Shingles cases on the rise: Understanding this painful virus

By: Jessica Faser
| Published 05/15/2019

The photo I sent to my friend to ask if he thought I had shingles

THE WOODLANDS, TX -- It was a normal day, except I couldn’t stop itching my forehead. My right eye felt itchy, too, so I popped some Claritin and shrugged it all off as pesky autumn allergies.

That evening, numerous red bumps appeared on my forehead and the itch was now accompanied by electrocution-like bolts along the line where the bumps formed. My mother-in-law happened to be over, and she commented that it looked like shingles. I texted a picture to a friend in the medical field, and he told me to get to an emergency room right away. It appeared as if I had shingles. I was 31 years old.

“Shingles, also called Herpes Zoster or Varicella Zoster, is a viral infection”, Dr. Brent Allmon, M.D., F.A.A. F. P., of Woodlands Family and Community Medicine said. “This virus belongs to the Herpes family of viruses – these are all viruses that cause regional pain and blisters, and once infected, the virus never leaves your body. Instead, it goes into dormancy and often wakes up either at random or more commonly at a time of physical or emotional stress.”

In my isolation room at the ER, my case of shingles was confirmed. When I mentioned to the doctor my eye had also been itching, he ran some tests and confirmed I was one of the smaller number of shingles patients who had shingles along the line of nerves that ran right into the eye. Luckily, I had caught it early enough, and there was a chance I wouldn’t lose my vision.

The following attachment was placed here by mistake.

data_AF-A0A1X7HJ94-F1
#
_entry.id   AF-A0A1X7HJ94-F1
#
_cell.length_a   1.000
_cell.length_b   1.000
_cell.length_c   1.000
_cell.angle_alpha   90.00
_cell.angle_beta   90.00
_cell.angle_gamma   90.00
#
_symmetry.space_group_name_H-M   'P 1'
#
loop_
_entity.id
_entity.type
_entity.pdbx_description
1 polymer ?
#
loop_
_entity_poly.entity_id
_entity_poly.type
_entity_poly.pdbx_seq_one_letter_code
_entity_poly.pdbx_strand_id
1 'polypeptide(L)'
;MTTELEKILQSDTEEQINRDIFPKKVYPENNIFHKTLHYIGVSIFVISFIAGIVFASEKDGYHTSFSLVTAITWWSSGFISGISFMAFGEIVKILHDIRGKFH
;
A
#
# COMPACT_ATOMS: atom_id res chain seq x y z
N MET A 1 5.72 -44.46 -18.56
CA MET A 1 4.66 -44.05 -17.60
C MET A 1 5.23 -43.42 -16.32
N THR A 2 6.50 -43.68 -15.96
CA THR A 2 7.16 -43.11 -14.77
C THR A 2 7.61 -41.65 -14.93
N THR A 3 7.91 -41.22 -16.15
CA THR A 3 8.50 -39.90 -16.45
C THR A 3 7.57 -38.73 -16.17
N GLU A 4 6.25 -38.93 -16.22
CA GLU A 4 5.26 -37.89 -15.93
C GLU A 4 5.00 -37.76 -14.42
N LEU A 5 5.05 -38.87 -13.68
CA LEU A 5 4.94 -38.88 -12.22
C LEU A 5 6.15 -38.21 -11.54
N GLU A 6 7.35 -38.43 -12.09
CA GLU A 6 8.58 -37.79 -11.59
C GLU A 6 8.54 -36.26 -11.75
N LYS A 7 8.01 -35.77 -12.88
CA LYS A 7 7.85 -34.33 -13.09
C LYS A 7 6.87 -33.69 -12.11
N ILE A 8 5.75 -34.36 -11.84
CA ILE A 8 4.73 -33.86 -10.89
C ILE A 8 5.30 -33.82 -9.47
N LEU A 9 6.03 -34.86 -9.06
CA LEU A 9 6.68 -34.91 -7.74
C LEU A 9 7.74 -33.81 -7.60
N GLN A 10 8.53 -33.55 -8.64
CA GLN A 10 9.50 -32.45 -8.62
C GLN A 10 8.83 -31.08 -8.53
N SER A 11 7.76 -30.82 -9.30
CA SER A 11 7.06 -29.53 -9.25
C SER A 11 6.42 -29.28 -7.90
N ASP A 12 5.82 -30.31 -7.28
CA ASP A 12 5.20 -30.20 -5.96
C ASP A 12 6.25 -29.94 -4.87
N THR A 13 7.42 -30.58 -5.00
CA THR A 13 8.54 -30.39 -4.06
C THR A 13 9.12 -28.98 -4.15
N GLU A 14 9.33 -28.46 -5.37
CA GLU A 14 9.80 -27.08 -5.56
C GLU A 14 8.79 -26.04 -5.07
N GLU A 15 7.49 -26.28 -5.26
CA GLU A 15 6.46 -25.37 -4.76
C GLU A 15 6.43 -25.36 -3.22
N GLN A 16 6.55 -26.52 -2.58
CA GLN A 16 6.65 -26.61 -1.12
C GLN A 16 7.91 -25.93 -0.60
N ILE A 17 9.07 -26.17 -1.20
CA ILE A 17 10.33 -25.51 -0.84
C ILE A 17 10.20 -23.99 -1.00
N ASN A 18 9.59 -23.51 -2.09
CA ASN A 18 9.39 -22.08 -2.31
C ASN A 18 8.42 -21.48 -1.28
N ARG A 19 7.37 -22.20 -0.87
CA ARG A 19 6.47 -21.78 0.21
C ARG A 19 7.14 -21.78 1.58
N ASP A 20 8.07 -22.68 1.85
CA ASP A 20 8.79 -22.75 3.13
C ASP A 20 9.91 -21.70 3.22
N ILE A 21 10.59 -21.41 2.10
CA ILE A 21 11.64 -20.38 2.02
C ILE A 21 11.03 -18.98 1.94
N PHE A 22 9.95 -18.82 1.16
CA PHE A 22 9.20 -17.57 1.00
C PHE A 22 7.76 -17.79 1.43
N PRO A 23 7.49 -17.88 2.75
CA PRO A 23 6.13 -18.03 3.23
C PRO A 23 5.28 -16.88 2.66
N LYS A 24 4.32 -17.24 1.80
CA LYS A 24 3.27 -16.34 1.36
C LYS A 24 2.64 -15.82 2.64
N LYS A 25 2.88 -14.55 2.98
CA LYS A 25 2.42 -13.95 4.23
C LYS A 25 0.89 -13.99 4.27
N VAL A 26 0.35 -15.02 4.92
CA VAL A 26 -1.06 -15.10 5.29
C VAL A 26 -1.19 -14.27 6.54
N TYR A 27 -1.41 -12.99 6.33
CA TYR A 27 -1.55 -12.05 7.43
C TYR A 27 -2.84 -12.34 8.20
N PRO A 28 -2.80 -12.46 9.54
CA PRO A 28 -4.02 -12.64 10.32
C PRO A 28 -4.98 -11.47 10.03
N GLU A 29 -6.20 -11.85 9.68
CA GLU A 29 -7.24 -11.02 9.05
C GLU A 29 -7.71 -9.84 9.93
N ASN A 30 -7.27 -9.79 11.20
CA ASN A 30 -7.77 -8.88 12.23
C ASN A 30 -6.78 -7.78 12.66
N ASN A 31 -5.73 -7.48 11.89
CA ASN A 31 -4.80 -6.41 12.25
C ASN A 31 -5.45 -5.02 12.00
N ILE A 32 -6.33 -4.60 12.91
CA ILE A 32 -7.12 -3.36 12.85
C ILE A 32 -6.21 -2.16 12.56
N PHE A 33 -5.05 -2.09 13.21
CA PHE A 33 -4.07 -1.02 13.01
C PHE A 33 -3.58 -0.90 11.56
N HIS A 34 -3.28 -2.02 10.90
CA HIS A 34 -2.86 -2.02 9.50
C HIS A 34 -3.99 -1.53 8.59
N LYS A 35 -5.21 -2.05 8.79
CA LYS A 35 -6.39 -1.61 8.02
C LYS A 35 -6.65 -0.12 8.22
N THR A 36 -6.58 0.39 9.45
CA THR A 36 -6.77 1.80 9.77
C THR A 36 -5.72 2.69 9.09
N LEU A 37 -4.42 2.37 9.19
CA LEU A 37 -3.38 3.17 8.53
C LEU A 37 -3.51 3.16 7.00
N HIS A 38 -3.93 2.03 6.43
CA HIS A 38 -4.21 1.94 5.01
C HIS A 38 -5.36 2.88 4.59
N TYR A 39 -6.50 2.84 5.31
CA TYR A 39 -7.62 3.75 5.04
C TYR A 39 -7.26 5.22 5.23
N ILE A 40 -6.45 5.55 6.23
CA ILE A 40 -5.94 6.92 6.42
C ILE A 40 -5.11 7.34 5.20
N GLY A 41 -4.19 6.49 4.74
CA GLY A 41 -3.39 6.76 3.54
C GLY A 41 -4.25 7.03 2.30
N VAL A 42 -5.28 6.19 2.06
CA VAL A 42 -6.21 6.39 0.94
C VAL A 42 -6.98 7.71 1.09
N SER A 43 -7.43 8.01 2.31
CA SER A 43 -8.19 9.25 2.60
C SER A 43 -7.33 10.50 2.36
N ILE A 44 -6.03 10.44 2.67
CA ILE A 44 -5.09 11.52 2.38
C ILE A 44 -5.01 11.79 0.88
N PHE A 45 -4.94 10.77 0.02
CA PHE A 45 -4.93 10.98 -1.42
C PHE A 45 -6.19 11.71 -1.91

After my diagnosis and a follow-up appointment with an eye doctor, I went to my children’s pediatrician. Was it possible for me to spread the indescribable pain on to my children, the smallest being a nine-month-old?

“Technically shingles is ‘round 2’ of chickenpox,” Dr. Allmon said. “In other words, you don't ‘catch shingles.’ You ‘catch’ chickenpox. Then, once the initial viral infection of chickenpox passes, the virus chooses a nerve root in your spine where it goes dormant, usually for decades. During a period of emotional or physical stress, or randomly, the virus reawakens.”

My three sons had been vaccinated against chickenpox, but since my daughter had not fully been vaccinated yet, she was at risk of getting the chickenpox virus from my shingles.

“How varicella zoster is transmitted and manifests are probably the most misunderstood aspects of the condition. The fluid from the blisters carries viral particles that are contagious. Again, however, people will not catch shingles from this fluid, but they could catch chickenpox from the fluid if they have no history of exposure/immunity. If somebody has had chickenpox in the past then they have immunity to the virus and would have no risk if exposed to somebody with active shingles (or chickenpox for that matter). For those over age 30, it is estimated that over 50 percent of adults in the U.S. have been exposed to chickenpox and are at risk for shingles. Most people under age 30 have had a vaccination against chickenpox (varicella vaccination) and are not at risk for catching chickenpox, and therefore, will not ever have shingles,” Dr. Allmon said.